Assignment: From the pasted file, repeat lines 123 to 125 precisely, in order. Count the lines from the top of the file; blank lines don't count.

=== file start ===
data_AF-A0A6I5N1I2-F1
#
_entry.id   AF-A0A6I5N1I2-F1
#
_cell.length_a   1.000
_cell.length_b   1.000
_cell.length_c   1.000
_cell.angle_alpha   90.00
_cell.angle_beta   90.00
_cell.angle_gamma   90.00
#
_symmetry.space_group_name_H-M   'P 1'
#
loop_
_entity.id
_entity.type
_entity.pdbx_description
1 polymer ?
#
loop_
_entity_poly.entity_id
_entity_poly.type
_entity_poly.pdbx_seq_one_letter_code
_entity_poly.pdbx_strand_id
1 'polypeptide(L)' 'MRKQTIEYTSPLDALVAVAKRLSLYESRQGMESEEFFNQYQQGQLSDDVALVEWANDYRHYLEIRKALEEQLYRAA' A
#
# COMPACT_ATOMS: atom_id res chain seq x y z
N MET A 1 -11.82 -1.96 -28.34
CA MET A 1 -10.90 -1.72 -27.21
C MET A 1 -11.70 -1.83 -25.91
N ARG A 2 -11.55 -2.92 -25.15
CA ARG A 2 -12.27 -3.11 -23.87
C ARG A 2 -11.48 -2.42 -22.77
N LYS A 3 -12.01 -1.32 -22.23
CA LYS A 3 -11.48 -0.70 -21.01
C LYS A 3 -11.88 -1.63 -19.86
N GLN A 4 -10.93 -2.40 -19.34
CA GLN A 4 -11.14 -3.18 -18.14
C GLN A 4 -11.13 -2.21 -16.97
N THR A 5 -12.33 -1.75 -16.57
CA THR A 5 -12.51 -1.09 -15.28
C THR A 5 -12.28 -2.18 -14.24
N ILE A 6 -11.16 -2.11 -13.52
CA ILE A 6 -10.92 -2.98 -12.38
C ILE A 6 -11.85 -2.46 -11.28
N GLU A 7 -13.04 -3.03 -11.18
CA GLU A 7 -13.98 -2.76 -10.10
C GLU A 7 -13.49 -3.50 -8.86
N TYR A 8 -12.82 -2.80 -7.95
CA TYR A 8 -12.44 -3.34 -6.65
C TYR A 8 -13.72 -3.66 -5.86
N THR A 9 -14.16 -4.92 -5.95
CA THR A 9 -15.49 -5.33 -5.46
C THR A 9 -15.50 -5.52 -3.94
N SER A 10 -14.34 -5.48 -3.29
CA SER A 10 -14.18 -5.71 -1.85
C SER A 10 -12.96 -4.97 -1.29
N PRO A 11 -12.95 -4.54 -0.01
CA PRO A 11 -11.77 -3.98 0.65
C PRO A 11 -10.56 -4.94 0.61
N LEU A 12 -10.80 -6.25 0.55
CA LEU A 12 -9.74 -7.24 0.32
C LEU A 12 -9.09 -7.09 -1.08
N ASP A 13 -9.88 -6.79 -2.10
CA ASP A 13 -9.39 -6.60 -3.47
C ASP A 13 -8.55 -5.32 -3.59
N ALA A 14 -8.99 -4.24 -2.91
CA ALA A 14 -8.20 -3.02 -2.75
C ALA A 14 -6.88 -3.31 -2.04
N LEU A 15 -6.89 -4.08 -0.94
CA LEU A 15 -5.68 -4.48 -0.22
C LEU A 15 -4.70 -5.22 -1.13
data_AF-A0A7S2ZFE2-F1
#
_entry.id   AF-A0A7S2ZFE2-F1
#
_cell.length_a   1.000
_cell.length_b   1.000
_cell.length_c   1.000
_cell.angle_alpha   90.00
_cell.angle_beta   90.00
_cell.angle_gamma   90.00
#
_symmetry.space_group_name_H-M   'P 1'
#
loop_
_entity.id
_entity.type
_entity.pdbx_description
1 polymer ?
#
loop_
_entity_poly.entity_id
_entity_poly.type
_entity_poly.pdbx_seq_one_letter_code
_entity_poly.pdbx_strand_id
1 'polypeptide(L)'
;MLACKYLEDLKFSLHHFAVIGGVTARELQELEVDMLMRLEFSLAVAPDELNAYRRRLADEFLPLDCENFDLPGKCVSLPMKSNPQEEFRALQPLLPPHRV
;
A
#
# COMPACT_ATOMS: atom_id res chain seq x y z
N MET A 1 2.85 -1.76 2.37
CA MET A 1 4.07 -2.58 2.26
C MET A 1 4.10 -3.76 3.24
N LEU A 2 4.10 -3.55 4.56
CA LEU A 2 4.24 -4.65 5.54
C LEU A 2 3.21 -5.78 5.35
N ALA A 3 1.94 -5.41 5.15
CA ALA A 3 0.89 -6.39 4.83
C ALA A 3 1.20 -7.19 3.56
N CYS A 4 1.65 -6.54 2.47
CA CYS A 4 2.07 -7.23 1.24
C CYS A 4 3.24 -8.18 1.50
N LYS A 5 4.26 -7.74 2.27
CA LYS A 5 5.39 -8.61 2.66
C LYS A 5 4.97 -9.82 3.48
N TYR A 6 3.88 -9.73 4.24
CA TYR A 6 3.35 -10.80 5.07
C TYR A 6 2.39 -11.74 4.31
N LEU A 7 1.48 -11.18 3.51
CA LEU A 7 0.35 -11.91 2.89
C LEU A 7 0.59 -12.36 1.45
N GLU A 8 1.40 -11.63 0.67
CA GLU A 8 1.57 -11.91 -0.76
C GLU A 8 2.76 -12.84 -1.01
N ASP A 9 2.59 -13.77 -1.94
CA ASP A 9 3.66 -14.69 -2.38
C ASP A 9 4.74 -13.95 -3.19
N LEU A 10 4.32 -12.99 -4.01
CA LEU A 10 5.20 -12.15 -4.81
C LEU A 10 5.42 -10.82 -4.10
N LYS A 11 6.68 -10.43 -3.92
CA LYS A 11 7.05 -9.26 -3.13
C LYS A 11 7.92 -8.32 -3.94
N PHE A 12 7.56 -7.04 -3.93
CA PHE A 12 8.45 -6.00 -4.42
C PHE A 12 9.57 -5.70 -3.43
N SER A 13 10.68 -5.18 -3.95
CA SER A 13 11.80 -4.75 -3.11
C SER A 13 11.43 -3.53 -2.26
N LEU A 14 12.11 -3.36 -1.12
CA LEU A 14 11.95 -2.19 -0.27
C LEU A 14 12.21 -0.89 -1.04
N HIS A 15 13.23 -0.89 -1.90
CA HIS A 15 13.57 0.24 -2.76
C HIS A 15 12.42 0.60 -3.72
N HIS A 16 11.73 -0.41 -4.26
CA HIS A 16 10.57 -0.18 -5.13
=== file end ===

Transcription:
C LEU A 7 0.59 -12.36 1.45
N GLU A 8 1.40 -11.63 0.67
CA GLU A 8 1.57 -11.91 -0.76